Dappled willow (Salix integra ‘Hakuro-nishiki’) is a recent addition to the landscape, gaining popularity after the turn of the century and recognizable by its mostly white foliage. However, dappled willow has specific cultural requirements for success. With a little simple care, dappled willow will flourish. But if neglected, it will turn into a landscape disaster that puts forsythia to shame. This article will discuss the secret to successfully growing dappled willow.
Dappled willow is sold as both a tree form and a bush form. The tree forms are grafted onto a stem, and are generally pruned regularly to keep their form. It is important to keep an eye out for shoots growing below the graft. These will usually have green leaves and contrast from the rest of the plant. Prune these out, as they will compete with and ultimately kill the grafted part of the plant, and are much less desirable in growth habit and color. Other than this, pruning is the same for the tree and bush forms.
Dappled willow as sold in the garden center looks like a unique shrub that gives a different color and looks like it will fit perfectly into any area of the yard. Dappled willow can grow ten feet high and wide, and is a vigorous and aggressive grower, growing over two feet a year especially when young. Do not plant dappled willow and expect to not trim it, unless you desire a large shrub or a naturalized border plantation.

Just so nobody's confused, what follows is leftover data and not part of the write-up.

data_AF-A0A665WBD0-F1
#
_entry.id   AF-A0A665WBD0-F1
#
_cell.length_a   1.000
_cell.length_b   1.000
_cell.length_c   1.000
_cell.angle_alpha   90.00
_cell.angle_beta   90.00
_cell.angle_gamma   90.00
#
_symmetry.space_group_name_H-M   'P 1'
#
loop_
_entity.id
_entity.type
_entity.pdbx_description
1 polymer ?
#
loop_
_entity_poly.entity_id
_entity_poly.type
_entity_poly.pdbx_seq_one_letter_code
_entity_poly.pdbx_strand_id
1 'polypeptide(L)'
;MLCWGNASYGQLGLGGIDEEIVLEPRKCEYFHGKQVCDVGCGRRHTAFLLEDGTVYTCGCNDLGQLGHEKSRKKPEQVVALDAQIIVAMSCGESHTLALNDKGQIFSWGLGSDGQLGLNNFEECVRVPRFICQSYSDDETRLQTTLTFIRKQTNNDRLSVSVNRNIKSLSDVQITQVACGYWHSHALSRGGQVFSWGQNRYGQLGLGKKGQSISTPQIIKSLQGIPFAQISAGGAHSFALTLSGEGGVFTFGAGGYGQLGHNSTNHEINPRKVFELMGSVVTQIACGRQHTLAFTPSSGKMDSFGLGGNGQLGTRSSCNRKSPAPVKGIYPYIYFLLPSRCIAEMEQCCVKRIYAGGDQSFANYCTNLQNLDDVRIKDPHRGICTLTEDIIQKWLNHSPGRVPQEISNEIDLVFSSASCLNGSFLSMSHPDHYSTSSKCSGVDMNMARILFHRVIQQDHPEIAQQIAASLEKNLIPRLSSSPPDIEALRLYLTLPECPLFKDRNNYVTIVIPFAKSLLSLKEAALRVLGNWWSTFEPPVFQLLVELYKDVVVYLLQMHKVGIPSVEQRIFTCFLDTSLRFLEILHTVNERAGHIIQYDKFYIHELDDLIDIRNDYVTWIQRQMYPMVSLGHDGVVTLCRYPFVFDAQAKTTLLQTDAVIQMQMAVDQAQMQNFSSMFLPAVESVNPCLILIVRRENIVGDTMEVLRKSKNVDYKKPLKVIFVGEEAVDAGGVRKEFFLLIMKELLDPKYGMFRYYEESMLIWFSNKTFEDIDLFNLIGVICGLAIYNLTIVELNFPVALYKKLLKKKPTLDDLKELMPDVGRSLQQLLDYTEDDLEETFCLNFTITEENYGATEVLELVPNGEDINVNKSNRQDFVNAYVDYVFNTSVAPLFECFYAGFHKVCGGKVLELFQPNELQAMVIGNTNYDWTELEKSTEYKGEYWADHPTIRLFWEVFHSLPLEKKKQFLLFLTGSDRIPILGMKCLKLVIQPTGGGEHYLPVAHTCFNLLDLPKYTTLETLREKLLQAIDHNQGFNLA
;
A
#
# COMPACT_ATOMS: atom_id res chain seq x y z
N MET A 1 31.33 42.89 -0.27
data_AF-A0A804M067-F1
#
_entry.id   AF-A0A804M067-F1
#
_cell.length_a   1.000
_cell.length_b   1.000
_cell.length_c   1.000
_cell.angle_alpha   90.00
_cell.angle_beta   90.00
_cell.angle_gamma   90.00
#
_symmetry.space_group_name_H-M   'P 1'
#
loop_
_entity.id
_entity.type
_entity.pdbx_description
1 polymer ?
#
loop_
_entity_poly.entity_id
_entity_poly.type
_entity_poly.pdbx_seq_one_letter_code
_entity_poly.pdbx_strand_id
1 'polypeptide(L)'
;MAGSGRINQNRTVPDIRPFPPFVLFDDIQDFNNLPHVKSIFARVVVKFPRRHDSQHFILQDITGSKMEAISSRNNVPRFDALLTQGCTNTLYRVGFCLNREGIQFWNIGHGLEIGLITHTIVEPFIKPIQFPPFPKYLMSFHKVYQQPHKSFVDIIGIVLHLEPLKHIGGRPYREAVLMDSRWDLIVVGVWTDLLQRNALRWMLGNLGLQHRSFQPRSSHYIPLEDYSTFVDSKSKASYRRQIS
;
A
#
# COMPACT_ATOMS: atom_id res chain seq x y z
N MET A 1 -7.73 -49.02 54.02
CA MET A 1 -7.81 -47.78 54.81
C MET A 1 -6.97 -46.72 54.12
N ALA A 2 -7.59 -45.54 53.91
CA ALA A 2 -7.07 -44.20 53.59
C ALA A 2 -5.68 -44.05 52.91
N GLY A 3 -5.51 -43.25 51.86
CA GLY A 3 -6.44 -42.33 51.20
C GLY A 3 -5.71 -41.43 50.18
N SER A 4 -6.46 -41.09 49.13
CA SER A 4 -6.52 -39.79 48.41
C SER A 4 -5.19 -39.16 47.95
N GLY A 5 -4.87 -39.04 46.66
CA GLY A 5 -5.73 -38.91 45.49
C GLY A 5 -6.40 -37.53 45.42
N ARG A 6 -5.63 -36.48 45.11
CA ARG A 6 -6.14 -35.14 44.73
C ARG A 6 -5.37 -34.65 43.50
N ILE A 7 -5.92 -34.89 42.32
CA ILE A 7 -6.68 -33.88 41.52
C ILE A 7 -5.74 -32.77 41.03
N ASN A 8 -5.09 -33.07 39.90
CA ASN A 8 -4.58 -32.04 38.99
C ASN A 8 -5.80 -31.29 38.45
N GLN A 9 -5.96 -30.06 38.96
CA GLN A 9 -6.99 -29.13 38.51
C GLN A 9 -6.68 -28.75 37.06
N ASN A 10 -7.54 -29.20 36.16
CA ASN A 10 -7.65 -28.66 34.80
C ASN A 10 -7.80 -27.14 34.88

Pruning of dappled willow can be done at any time of the year and the tree can be pruned back to any length, as it will set new growth from any wood. Ideally, it should be pruned before growth begins every year. Do not prune below the graft on a tree; always keep a core of dappled willow growth lest you lose the value of the tree.
Dappled willow can be kept as a medium shrub of wispy or airy texture by pruning it back hard every spring and letting it grow freely throughout the year. Always leave a little wood at the base at each pruning to allow for good growth, but encourage new shoots at the base to grow and then cut out knobby growth to keep the core of the bush fresh. The shrub can also be pruned in late fall but you lose the winter effect of the red stems.
To keep as a small shrub, let it grow in spring until it starts to lose its color or starts to get scraggly. Then prune it hard but leave some foliage and let it break over again. Don’t worry about losing ground each pruning, as you are going to cut it back harder at the beginning of next spring.
To keep as a specimen or shaped shrub, prune repeatedly at the desired shape every time the foliage starts to turn green or get unruly. Don’t be afraid to concede an inch or two every pruning. Eventually, the bush will become too large, at which point give it a hard pruning and let it break over again.
Dappled willow is relatively insect and disease free although it is affected sometimes by insects and disease. Minimizing stress on the tree is the best way to prevent disease. Avoid having the tree sit in water or dry out completely, and provide some shelter from afternoon sun and you have the perfect growing conditions for your dappled willow.
By keeping on top of pruning your dappled willow, you can prevent it from becoming a headache in the landscape. Dappled willow is versatile and adds its unique character to the landscape and will last for many years if maintained.